But there is a deeper level to all this, because I am not a crystallized “I” made once and for all, unchanging. I am an interweaving of desires, passions, dreams, ideas, relationships, activities, projects, experiences, experiments, etc. Since all of these things go into making my self, inevitably, I see them all as extensions of my self. Thus, we talk of “living on” in the products of these activities and relationships, finding a kind of “immortality” therein. And this opens the door to another, more subtle form of the fear of death: the fear that what we do will come to naught, will leave nothing behind it. This fear as surely robs us of our freedom as the fear of physical death, because it compels us to measure every act in terms of a supposedly objective conception of effectiveness that is supposed to guarantee some sort of success.

Of course, we desire “success”, in that we want a world in which every individual creates his life in free relationship with other individuals and the surrounding environment without any institutions to interfere in this process and impose standardized relationships. But we are living here and now and so must find an immediate joy in what we do that goes beyond any possibility for future “success”. So fear of death in the form of the fear of failure also needs to be overcome.

In the discussions of strategy, of “what to do”, in which I have been involved, I think this fear of failure has played a central role. Some of those involved in these discussions seem to be looking for guarantees, and no guarantees exist. There is a point where one simply has to decide to start acting as she sees fit, willing to make mistakes, willing to fail. This is when the practical freedom to act on one’s own terms begins. It is also when the discussion of strategy begins to make sense on a practical level, because one has taken up a concrete practice to which the discussion applies.

Of course, overcoming this fear and embracing practical freedom does not happen once and for all. Rather it is an ongoing struggle, an ongoing tension, lived in every moment. At each step, the fear of failure has to be overcome in order to take the next step. Life is won in each moment by willingly risking death, by willingly taking the chance of failing. In striving to avoid failure, we lose life. Of course, we want it to be simpler; we want to be able to grasp freedom once and for all and put an end to our struggling. But that is the christian and islamic dream of salvation, not the anarchist dream of self-created living.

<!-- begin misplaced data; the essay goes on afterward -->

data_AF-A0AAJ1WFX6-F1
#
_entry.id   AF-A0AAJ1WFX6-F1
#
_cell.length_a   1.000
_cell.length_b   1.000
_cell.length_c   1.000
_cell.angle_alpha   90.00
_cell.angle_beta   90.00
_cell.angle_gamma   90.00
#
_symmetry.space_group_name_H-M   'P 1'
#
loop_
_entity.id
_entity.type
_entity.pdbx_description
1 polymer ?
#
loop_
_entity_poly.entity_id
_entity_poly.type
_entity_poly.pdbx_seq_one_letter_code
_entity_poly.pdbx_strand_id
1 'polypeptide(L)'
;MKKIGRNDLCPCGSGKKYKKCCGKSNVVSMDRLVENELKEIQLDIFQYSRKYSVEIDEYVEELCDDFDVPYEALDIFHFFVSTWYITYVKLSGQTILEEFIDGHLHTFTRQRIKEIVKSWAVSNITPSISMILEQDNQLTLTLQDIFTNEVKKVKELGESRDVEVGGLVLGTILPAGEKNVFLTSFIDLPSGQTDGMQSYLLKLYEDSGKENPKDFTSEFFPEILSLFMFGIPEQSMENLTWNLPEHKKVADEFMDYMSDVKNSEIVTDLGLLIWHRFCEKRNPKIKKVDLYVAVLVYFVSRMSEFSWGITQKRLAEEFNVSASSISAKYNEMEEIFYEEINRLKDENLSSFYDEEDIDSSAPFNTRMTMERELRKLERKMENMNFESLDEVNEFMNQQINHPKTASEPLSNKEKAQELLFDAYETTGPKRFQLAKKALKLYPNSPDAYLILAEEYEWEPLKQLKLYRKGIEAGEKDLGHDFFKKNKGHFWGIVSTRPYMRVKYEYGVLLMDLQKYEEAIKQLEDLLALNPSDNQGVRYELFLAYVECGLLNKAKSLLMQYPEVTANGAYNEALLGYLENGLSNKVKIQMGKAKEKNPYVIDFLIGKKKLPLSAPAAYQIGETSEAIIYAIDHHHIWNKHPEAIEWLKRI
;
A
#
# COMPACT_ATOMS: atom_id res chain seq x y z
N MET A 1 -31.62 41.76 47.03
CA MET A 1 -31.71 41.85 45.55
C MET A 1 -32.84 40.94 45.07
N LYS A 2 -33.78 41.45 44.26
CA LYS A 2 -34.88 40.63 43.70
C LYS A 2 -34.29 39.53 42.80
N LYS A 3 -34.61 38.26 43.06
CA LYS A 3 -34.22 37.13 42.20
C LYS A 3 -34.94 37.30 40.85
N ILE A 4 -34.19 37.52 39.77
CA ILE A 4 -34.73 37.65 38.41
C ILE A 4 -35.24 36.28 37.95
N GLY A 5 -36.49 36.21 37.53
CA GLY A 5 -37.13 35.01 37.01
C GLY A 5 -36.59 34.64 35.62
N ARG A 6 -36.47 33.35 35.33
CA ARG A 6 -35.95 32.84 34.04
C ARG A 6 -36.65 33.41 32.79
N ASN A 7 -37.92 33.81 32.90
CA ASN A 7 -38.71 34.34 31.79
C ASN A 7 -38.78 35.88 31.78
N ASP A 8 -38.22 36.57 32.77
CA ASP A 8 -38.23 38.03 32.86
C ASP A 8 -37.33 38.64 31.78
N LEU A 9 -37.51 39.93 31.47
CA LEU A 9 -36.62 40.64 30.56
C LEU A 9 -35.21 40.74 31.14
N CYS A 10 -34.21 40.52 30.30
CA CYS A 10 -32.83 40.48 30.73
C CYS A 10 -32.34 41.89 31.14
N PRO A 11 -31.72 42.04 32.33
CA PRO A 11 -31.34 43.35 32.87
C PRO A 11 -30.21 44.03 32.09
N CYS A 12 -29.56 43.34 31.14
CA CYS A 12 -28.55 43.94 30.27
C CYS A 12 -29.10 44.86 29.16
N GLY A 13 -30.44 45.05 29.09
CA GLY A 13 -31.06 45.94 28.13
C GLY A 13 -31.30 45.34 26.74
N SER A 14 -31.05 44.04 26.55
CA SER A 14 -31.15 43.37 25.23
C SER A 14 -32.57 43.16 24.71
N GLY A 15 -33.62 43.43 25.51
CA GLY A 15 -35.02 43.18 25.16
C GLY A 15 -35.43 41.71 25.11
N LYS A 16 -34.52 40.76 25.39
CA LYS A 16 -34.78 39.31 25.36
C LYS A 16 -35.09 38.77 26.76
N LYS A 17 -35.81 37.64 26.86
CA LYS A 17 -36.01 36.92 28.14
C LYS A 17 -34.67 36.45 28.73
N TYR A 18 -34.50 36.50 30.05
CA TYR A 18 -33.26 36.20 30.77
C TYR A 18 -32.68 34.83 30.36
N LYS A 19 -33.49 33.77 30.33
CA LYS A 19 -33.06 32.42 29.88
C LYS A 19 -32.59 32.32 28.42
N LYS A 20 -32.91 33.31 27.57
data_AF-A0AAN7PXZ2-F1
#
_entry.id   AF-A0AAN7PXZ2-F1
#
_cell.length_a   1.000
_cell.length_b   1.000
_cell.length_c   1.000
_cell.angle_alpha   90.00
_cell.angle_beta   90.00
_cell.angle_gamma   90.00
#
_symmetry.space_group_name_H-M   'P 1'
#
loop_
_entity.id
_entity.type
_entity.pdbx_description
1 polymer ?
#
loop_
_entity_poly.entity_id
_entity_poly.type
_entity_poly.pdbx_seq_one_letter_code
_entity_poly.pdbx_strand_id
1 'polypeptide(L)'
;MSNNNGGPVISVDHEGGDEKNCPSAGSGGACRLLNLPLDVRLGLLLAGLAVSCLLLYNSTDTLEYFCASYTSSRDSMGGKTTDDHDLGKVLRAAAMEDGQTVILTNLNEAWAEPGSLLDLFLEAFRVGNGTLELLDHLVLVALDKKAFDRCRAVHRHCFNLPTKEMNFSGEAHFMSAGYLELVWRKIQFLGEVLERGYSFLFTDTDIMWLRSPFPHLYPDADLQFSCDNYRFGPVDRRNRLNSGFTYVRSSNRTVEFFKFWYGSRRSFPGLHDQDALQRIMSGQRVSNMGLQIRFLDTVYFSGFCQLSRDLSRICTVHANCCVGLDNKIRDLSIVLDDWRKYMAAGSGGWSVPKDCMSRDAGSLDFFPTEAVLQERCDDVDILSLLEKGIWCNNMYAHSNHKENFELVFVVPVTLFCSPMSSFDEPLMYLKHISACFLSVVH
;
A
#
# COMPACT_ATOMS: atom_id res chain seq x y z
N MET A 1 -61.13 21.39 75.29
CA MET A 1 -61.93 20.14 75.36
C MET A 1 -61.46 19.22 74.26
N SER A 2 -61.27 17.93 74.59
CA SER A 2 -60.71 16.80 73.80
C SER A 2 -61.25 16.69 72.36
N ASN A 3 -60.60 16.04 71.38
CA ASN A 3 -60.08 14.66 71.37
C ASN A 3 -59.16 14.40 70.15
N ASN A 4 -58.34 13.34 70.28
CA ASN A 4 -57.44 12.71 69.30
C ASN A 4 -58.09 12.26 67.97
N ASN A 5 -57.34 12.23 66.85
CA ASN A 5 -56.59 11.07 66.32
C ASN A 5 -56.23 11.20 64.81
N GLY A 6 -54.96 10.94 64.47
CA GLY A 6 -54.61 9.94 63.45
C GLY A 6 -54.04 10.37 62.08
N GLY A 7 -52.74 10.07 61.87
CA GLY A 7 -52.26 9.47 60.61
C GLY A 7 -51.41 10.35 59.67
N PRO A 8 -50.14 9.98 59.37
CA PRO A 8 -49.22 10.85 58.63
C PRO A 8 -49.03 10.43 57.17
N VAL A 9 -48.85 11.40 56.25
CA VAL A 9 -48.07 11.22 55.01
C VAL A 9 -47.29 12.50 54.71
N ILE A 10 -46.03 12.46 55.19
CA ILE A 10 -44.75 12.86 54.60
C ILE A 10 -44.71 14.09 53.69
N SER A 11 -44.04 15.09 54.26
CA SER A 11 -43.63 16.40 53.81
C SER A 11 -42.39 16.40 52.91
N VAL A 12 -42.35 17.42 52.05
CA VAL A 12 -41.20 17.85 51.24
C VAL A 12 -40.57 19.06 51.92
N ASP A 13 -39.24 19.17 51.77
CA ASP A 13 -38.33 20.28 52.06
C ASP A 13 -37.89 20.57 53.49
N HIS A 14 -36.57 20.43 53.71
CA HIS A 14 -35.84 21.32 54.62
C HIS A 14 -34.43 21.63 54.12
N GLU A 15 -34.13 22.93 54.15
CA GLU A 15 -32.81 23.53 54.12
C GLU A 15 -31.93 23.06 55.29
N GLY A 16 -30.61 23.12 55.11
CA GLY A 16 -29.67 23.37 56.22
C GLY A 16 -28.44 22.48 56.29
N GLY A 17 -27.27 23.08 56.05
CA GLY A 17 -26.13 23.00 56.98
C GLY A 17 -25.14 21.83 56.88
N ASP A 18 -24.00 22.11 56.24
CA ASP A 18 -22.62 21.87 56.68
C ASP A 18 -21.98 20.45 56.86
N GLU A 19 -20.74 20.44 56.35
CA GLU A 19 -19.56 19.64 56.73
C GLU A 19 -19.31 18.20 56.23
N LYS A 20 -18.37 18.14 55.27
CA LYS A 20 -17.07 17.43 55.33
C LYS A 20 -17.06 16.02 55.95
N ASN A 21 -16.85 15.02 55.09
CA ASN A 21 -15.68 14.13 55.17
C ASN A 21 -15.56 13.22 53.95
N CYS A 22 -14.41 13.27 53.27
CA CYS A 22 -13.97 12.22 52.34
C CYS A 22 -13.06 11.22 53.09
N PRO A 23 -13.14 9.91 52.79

To draw all this to a close, I will go back a bit. Discussions of strategy only begin to go anywhere if each of us starts from herself, his dreams, desires and aspirations, and the specific projects these have moved us to created, and expands out from there. If we continue to start from outside ourselves, whether from abstract conceptions of what constitutes social change, abstract anarchist ideals or the strengths and weaknesses of our enemy, we will continue to flounder, feeling paralyzed before the apparent vastness of what we want to do. Starting from ourselves, we can expand to fit our most radical ambitions by finding the tools and accomplices that can bring our dreams of a world that has never been together in concrete projects aimed at destroying what is and creating something never known before. But if we continue to start from the vastness outside of ourselves, we will collapse under the pressure.